New rules taking effect Oct. 1 that will prohibit brokers and agents from representing both buyers and sellers in FHA short sales will only make it harder for the government to get the most bang for its buck, the National Association of Realtors argued this week in a letter to Federal Housing Commissioner Carol Galante.
The Department of Housing and Urban Development issued a letter to mortgage servicers in July outlining a number of new anti-fraud requirements for short sales and deeds-in-lieu of foreclosure.
They include the use of a “deficit income test” to prove that a homeowner is experiencing a hardship that may qualify them for a short sale or deed-in-lieu of foreclosure, and documentation requirements for verifying the homeowners assets, income and expenses.
To ensure that short-sale transactions are conducted at “arm’s length,” HUD said “brokers and their agents may only represent the buyer or the seller, but not both parties.”
In other words, NAR said in its letter to Galante, “HUD will no longer allow ‘dual agency’ agreements in short-sale transactions.”
NAR said it’s been told the policy was implemented because HUD’s inspector general “detected fraud and abuse in the pre-foreclosure sales process.”
While NAR said it takes fraud “very seriously,” it complained that “no statistics or reports were provided to NAR detailing short-sale fraud by real estate agents.”
Some real estate brokers have hundreds of agents across multiple offices. If one of those offices chooses to list a short sale, under HUD’s new policy none of the other agents can bring a buyer to that property.
While HUD’s inspector general has noted that short sales aren’t meeting “minimum net sales proceeds requirements,” the new restrictions on real estate brokers and agents are “only going to make this problem worse,” NAR maintains.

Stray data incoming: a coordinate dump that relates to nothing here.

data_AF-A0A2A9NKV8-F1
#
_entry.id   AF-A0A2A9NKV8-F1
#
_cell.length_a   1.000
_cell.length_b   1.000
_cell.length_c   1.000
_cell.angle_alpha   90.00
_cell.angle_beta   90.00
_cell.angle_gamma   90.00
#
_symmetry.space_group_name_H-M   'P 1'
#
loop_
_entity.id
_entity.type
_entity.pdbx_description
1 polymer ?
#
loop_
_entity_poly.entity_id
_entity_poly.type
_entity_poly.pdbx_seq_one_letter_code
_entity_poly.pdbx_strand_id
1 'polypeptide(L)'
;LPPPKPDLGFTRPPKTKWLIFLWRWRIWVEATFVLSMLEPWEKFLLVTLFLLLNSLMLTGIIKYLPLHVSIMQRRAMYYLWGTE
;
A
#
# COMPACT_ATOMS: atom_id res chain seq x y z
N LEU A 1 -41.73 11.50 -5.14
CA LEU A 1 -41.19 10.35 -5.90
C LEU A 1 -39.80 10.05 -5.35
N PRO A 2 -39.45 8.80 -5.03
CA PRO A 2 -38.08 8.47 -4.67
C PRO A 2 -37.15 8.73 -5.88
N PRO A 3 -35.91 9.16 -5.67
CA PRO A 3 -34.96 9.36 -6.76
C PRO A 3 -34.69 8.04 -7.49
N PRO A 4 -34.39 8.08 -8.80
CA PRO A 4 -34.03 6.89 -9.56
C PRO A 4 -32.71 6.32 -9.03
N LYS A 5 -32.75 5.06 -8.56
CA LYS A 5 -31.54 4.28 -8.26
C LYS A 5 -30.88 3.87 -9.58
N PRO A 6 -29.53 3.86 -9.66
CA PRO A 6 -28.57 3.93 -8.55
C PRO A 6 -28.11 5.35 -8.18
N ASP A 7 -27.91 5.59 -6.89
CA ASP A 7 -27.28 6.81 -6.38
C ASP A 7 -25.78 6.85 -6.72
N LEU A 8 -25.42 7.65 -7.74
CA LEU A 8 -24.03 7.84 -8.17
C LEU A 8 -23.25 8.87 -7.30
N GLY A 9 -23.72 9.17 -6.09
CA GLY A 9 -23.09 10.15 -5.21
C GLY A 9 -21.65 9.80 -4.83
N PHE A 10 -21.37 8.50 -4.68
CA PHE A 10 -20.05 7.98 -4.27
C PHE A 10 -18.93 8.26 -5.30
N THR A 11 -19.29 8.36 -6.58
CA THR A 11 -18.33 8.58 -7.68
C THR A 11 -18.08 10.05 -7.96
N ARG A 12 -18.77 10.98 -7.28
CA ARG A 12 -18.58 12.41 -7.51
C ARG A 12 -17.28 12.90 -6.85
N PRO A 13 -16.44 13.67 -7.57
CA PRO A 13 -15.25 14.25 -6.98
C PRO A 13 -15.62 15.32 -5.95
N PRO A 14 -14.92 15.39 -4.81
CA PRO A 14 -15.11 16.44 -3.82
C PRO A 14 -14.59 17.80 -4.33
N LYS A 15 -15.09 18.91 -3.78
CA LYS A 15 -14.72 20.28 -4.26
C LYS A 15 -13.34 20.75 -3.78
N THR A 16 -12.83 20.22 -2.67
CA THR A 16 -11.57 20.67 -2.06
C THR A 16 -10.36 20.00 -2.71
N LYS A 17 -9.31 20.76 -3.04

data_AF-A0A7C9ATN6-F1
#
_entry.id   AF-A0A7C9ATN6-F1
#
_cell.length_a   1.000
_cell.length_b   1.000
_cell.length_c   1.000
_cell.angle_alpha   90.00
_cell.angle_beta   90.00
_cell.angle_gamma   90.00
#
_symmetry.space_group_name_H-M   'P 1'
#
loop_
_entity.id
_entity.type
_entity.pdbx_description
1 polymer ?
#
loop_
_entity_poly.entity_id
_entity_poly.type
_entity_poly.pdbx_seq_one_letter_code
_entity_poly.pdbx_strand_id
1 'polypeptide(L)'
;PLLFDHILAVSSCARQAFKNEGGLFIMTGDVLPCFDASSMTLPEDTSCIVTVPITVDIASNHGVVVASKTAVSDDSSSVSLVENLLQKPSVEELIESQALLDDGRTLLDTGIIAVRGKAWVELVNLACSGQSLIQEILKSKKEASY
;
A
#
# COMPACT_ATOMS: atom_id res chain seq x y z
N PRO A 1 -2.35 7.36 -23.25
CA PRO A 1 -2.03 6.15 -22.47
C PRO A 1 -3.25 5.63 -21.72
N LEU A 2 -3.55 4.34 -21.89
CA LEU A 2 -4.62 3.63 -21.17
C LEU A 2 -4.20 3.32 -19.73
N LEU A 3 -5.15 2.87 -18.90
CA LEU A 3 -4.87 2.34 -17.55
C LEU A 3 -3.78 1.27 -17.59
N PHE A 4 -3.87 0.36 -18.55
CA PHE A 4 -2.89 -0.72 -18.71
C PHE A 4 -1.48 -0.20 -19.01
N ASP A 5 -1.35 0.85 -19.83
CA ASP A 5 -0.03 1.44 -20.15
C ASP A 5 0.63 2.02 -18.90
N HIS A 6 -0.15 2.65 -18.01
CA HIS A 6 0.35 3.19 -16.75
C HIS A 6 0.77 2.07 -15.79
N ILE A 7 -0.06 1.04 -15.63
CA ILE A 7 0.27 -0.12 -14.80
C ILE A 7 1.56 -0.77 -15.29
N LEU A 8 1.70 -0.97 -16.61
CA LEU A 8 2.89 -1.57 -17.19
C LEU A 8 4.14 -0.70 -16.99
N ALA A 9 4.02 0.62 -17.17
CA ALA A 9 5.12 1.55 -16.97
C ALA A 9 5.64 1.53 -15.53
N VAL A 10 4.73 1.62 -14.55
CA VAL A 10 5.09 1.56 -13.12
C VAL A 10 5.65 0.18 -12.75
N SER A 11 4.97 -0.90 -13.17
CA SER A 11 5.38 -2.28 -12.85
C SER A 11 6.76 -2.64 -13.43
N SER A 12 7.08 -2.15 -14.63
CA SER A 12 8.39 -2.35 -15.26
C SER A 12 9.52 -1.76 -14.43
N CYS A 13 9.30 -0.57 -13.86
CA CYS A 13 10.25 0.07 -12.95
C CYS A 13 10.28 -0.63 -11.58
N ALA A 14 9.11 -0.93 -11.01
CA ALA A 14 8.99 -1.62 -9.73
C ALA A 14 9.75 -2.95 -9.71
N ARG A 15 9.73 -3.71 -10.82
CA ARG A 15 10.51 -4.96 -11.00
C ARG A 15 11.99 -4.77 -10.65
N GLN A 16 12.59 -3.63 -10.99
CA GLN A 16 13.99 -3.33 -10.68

That’s because some brokerages could decide to stop representing sellers in FHA short sales, because they won’t want to restrict their agents from representing buyers of those properties.
“Some real estate brokers have hundreds of agents across multiple offices,” NAR said. “If one of those offices chooses to list a short sale, under HUD’s new policy none of the other agents can bring a buyer to that property.”
One broker with more than 2,000 agents in multiple offices “has buyer’s agents and listing agents work on the same transaction in over 30 percent of their sales,” NAR said. “In rural areas, where there are fewer real estate firms and agents to choose from, the percentages are even higher.”
NAR member brokers are also worried that they would have to provide a disclaimer when listing a short sale in the multiple listing service that none of their agents could represent a buyer on that listing — a potential violation of MLS guidelines.
NAR said HUD’s policy also conflicts with state laws that allow dual agency as long as it’s disclosed and accepted by the parties involved.
“Most state licensing laws have standards for how to function as a dual agent and there is a formal complaint process through the respective real estate commissions in the event of suspected fraud in a transaction,” the trade group said. “NAR feels there are other ways that HUD could address concerns about the short-sale process without restricting such a significant number of real estate agents from participating in pre-foreclosure transactions.”
Fannie Mae allows dual agency on short sales, requiring that all properties being considered be listed as active in an MLS for a minimum of five consecutive calendar days.
Fannie Mae also provides anti-fraud training and a phone number and email for reporting potential short-sale fraud.
“We strongly urge you to reconsider the implementation of this policy and consider other options that could more positively impact the pre-foreclosure program,” NAR said.